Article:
Review of Carry Me Ohio
by Betsy DiJulio
Veer Magazine, August 15, 2012

Struggles in a Small Town
Norfolk Photographer Matt Eich captures harsh
Realities of Ohio region in latest exhibition

Neither sentimental nor judgmental, "Carry Me Ohio" documents the lives of residents of Southeastern Ohio, a region stripped of its natural resources - coal, salt, clay and timber - and with them, economic opportunity. Crushing poverty and its concomitant social ills have plagued these communities since the extractive industries pulled out in the 1960's after well over a century. For the last 6 years, Eich has sought to give visual voice to the people’s struggles to find a way to recovery and towards a cultural identity that is defined by something other than loss.

With deep ties to the foothills of Appalachia – college (University of Ohio), marriage to Melissa, and the birth of the couple’s daughter – Eich and his family were forced to leave and return to his native Hampton Roads by the same economic realities that ensnare the subjects of “Carry Me Ohio.”

green, green youth
what about the sweetness we knew
what about what's good what's true
from those days

Though not all of the 16 images attain the same high level of artistry, most do, even achieving a kind of iconic status, as in the case of “Elvis the Zebra,” published in National Geographic. In this photograph, a zebra stands in a snowy outdoor enclosure. The incongruity is striking on every level and provides an opportunity to examine one’s own cultural stereotypes. Knowing the context of this body of work, one wonders if this is a case of an affinity for exotic animals gone wrong. But, in fact, Elvis resides at the “Wilds,” a refuge for rare and endangered species where this pen adjoins his heated indoor quarters.

Visual, the patterns of organic and man-made stripes – the crisply contrasting ones of the black-and-white zebra and the warmer weathered ones of the fencing – play off of each other in complex and pleasing ways, just as the order and geometry of the pen juxtaposed with the borrowed landscape of feathery trees in the background.

Somehow, though the colors are rich and even romantic in these archival pigment prints, Eich is able to avoid the trap of rendering poverty picturesque in any cliché way. Absent of contrived devices or formulas, as well as of easy metaphors, Eich nonetheless is a master of the subtle frame within a frame.

Time spent with the images allows this strategy to emerge again and again in unexpected and evocative ways. This formal strategy is particularly arresting in a portrait of a young boy and his dog, framed not behind a grimy window of their trailer home, but within the informal framework of rippled and stained duct tape holding the pane of glass together, while separating the boy from his dog.

In “Tylor Holding His Dad’s Ashes,” a 16 year old boy in a deep red tee-shirt and jeans is seated in an upholstered chair, side-lit from a nearby window. He is framed within subtle rectangles created by strips of joint compound on the unfinished walls of this dim, space. In his lap, the teenager holds a simple wooden box containing the remains of his father, the victim of a high-impact 4-wheeler accident. On top of the box is mounted the deceased’s favorite cock-fighting rooster. The expression on the boy’s face, his eyes cut over toward the rooster, is impenetrable. An almost Old World formality and lushness pervades this portrait though it was shot in the most informal and bereft of places.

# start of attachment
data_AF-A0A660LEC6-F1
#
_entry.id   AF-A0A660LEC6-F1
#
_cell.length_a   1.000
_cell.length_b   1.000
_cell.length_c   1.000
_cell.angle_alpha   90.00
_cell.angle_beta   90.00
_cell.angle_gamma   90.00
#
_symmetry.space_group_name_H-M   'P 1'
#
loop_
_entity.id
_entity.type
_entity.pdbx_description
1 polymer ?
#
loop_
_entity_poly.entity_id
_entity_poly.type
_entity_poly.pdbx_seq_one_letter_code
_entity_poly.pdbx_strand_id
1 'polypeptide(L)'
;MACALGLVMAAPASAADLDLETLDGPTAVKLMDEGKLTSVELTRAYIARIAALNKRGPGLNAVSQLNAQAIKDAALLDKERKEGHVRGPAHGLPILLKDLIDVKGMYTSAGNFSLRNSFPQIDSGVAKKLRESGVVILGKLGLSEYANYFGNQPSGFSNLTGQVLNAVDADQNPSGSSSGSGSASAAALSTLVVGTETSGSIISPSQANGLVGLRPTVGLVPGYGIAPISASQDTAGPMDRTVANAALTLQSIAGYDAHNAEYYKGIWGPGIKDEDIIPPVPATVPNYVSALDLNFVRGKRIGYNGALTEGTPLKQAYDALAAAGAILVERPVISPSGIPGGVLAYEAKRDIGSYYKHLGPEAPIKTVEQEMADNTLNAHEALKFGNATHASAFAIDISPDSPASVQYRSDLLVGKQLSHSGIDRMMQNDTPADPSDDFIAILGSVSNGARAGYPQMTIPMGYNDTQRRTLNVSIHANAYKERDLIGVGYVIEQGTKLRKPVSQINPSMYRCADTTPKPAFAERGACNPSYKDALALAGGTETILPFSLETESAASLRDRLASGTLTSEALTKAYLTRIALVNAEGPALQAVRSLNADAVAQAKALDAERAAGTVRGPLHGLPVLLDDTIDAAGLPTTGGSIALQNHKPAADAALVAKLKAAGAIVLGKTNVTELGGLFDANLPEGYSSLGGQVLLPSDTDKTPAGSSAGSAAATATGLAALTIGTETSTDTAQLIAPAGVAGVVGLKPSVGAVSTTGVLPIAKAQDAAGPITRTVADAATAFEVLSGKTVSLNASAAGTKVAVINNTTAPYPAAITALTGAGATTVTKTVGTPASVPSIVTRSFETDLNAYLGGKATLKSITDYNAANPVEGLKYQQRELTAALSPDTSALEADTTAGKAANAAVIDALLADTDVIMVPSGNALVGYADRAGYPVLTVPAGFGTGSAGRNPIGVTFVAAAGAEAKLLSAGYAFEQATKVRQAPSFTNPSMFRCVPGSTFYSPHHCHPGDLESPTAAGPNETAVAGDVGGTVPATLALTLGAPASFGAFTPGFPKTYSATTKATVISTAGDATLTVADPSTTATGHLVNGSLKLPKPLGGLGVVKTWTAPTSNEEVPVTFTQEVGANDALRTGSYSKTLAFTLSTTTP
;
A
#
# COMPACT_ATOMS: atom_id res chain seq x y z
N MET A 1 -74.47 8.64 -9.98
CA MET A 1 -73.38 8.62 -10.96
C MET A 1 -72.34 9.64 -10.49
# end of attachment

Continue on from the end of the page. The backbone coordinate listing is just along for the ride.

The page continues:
In contrast to the harsher images from “Carry Me Ohio,” is the photo/video installation, “Love in the First Person,” which tenderly and intimately traces the evolution of Eich and his wife’s relationship from college lovers to the married parents of a young daughter. Unframed and pinned to the wall in two precise grids, the 70 small square iPhone images convey the simultaneous casualness and preciousness of family photographs and albums. The montage-like aesthetic of both the photographs and video also effectively mimic memory: the bits and pieces of our lives that, cobbled together, form our recollections and our constructed understanding of the past. Like projected frames on a movie reel, these discreet and incomplete fragments “play back” seamlessly.

And like the “home movies” of days gone by, the only sound in the video, produced by Hyunsoo Leo Kim, is an original musical score by Tyler Strickland. Though the subjects are speaking, crying, playing or otherwise creating the sounds of daily life, we hear only the music. This poignant disjuncture gently cleaves an emotional distance between then and now, them and us, and between the subjects themselves, effectively suspending the imagery in a nostalgic space and time that can never again quite be grasped.

Known to Hampton Roads audiences from the premier of a previous award-winning photo documentation project, “Sin & Salvation in Baptist Town,” at Lorrie Saunders ArtGallery, Eich, at 26 years old, has earned a national reputation with photographs in the permanent collection of The Museum of Fine Arts, Houston and The Portland Art Museum. Working as a freelance photographer and founder of Luceo, he has garnered a long list of prestigious honors, from the Magenta Foundation’s Bright Spark Award to a National Geographic Grant for Photography, among others. His blue chip client list includes, in an addition to National Geographic, Esquire, GQ, Mother Jones, Newsweek, The New York Times, The Wall Street Journal, and more.

Heal her soul
And carry her my angel